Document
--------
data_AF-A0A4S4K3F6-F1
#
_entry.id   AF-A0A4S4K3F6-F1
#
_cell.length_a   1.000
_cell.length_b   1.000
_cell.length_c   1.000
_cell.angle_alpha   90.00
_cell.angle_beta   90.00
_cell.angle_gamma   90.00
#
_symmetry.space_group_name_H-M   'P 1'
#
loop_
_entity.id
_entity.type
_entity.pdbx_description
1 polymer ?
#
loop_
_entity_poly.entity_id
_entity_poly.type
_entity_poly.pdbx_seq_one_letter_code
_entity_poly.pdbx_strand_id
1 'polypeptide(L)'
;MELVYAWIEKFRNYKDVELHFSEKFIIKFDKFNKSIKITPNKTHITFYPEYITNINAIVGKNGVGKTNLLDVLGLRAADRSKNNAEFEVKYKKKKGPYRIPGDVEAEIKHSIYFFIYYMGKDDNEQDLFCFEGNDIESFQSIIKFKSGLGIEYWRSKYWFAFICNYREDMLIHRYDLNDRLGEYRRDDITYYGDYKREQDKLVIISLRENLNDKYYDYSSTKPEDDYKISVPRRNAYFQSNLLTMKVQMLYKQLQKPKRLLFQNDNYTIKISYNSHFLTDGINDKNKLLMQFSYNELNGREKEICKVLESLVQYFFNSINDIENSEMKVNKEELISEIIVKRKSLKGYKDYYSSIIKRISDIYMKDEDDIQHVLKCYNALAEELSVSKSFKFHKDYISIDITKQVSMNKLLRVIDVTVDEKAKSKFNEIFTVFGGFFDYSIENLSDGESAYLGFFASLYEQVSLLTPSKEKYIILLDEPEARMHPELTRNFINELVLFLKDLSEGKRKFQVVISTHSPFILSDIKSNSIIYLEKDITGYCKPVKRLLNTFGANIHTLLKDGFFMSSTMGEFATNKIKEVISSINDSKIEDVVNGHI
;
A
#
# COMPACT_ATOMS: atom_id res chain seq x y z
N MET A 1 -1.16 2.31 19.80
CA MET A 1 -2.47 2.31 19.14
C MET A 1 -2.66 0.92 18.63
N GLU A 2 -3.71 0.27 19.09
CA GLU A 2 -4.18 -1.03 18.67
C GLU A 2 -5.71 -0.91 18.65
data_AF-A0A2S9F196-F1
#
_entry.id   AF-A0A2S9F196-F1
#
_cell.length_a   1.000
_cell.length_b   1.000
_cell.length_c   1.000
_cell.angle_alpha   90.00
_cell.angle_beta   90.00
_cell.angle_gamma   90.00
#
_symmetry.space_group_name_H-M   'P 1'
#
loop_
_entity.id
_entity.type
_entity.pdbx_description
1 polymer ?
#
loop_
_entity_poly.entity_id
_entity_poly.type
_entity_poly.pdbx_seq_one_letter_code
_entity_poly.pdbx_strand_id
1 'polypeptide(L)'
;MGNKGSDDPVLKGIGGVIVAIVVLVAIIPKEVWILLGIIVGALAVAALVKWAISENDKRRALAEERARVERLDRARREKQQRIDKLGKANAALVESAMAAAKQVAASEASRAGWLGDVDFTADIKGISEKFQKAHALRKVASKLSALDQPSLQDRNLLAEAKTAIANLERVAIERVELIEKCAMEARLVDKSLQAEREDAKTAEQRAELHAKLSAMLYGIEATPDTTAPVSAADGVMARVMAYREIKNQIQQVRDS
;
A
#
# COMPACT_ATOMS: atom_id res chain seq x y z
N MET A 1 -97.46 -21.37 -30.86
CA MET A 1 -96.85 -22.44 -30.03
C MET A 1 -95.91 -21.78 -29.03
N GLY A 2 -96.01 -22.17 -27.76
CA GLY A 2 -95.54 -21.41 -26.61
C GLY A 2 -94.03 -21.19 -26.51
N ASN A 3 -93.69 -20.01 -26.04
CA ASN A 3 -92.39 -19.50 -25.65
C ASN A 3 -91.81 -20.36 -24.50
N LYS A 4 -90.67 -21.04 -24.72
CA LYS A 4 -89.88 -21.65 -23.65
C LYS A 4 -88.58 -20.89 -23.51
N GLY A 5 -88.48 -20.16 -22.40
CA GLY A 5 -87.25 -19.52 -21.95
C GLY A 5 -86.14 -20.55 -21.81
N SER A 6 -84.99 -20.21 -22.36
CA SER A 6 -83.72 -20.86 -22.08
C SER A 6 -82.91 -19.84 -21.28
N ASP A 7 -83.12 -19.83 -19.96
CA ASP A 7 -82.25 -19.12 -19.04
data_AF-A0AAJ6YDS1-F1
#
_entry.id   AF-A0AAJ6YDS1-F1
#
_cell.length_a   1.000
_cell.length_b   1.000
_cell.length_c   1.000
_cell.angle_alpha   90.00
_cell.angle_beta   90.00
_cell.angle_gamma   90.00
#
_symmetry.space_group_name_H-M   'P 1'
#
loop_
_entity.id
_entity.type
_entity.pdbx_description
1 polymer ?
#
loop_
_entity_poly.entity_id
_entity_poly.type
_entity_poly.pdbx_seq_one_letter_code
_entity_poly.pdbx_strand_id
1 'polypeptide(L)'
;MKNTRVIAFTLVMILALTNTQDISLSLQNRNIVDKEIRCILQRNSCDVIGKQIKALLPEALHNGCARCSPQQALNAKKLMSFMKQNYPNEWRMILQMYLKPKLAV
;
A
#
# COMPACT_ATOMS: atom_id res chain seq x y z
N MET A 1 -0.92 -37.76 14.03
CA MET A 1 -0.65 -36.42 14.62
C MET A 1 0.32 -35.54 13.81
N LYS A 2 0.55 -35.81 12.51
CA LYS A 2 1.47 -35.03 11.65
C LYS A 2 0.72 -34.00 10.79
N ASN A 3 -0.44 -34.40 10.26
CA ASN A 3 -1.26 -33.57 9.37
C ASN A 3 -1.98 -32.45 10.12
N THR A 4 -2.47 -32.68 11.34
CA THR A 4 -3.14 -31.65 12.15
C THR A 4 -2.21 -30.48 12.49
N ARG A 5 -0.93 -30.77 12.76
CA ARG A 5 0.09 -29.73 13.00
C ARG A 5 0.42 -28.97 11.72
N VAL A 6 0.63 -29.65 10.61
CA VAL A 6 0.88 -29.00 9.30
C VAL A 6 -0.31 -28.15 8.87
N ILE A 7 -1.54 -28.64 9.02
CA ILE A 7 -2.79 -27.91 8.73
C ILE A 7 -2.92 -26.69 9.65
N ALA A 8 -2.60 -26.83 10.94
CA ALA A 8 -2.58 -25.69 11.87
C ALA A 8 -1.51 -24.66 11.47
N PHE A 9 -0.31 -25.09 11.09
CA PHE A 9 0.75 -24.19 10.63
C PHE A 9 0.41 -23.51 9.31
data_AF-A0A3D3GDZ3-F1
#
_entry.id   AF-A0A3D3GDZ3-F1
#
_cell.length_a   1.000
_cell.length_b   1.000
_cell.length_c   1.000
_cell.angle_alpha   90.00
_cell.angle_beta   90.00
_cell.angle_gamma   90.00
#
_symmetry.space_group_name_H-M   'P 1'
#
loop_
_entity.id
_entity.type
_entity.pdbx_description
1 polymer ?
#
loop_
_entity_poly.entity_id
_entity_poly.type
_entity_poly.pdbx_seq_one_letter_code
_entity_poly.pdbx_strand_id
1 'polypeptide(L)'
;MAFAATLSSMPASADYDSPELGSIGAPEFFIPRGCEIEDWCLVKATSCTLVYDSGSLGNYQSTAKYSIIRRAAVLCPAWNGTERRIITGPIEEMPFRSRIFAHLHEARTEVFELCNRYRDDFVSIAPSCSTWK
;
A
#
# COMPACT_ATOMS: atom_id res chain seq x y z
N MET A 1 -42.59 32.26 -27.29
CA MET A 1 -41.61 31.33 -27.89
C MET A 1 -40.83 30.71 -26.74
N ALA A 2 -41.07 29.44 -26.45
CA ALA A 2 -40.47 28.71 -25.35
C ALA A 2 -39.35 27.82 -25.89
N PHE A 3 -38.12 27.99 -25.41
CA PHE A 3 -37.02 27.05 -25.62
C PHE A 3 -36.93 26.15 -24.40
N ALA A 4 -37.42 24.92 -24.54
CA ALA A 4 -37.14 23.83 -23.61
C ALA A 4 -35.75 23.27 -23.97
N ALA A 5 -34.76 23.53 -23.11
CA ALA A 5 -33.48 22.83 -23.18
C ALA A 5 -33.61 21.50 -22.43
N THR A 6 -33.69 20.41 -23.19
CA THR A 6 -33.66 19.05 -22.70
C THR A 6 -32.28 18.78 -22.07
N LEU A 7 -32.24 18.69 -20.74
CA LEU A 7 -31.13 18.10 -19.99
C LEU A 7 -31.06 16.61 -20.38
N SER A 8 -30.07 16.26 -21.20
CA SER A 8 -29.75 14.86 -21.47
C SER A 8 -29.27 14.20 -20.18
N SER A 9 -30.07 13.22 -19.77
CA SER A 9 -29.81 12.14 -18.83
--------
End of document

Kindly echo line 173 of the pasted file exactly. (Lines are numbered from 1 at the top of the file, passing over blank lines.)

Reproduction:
# COMPACT_ATOMS: atom_id res chain seq x y z